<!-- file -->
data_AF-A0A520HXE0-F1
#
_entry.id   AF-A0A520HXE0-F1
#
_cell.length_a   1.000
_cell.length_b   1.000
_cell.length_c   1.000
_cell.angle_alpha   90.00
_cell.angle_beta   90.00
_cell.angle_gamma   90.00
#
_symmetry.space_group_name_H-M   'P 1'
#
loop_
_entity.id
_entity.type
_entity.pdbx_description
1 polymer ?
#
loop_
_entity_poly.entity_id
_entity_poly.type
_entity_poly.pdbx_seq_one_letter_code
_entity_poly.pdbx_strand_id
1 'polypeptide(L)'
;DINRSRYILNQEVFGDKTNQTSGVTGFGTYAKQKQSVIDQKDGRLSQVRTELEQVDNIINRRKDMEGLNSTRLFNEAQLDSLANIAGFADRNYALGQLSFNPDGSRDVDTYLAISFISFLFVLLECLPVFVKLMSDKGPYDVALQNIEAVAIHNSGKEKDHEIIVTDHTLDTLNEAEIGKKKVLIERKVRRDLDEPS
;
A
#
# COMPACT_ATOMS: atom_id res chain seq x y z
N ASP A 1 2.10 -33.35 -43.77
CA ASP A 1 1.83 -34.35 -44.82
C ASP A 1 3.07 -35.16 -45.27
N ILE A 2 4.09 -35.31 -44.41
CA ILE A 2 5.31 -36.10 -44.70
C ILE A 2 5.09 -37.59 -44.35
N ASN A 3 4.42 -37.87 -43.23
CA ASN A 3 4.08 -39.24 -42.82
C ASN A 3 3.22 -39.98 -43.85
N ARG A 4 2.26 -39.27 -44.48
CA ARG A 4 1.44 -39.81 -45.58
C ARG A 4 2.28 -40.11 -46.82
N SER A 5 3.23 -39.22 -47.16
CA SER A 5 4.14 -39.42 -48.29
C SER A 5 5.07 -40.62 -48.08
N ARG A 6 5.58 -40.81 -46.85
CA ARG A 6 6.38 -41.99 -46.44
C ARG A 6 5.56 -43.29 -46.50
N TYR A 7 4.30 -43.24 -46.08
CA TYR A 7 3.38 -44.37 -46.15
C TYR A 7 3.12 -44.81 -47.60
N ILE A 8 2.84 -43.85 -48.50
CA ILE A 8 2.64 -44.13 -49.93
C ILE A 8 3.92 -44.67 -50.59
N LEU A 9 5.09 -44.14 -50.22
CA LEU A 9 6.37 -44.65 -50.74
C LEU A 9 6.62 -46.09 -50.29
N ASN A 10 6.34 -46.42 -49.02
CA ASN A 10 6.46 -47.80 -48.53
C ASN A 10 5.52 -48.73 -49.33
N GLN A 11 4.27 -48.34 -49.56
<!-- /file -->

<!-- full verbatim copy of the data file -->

data_AF-A0A520HXE0-F1
#
_entry.id   AF-A0A520HXE0-F1
#
_cell.length_a   1.000
_cell.length_b   1.000
_cell.length_c   1.000
_cell.angle_alpha   90.00
_cell.angle_beta   90.00
_cell.angle_gamma   90.00
#
_symmetry.space_group_name_H-M   'P 1'
#
loop_
_entity.id
_entity.type
_entity.pdbx_description
1 polymer ?
#
loop_
_entity_poly.entity_id
_entity_poly.type
_entity_poly.pdbx_seq_one_letter_code
_entity_poly.pdbx_strand_id
1 'polypeptide(L)'
;DINRSRYILNQEVFGDKTNQTSGVTGFGTYAKQKQSVIDQKDGRLSQVRTELEQVDNIINRRKDMEGLNSTRLFNEAQLDSLANIAGFADRNYALGQLSFNPDGSRDVDTYLAISFISFLFVLLECLPVFVKLMSDKGPYDVALQNIEAVAIHNSGKEKDHEIIVTDHTLDTLNEAEIGKKKVLIERKVRRDLDEPS
;
A
#
# COMPACT_ATOMS: atom_id res chain seq x y z
N ASP A 1 2.10 -33.35 -43.77
CA ASP A 1 1.83 -34.35 -44.82
C ASP A 1 3.07 -35.16 -45.27
N ILE A 2 4.09 -35.31 -44.41
CA ILE A 2 5.31 -36.10 -44.70
C ILE A 2 5.09 -37.59 -44.35
N ASN A 3 4.42 -37.87 -43.23
CA ASN A 3 4.08 -39.24 -42.82
C ASN A 3 3.22 -39.98 -43.85
N ARG A 4 2.26 -39.27 -44.48
CA ARG A 4 1.44 -39.81 -45.58
C ARG A 4 2.28 -40.11 -46.82
N SER A 5 3.23 -39.22 -47.16
CA SER A 5 4.14 -39.42 -48.29
C SER A 5 5.07 -40.62 -48.08
N ARG A 6 5.58 -40.81 -46.85
CA ARG A 6 6.38 -41.99 -46.44
C ARG A 6 5.56 -43.29 -46.50
N TYR A 7 4.30 -43.24 -46.08
CA TYR A 7 3.38 -44.37 -46.15
C TYR A 7 3.12 -44.81 -47.60
N ILE A 8 2.84 -43.85 -48.50
CA ILE A 8 2.64 -44.13 -49.93
C ILE A 8 3.92 -44.67 -50.59
N LEU A 9 5.09 -44.14 -50.22
CA LEU A 9 6.37 -44.65 -50.74
C LEU A 9 6.62 -46.09 -50.29
N ASN A 10 6.34 -46.42 -49.02
CA ASN A 10 6.46 -47.80 -48.53
C ASN A 10 5.52 -48.73 -49.33
N GLN A 11 4.27 -48.34 -49.56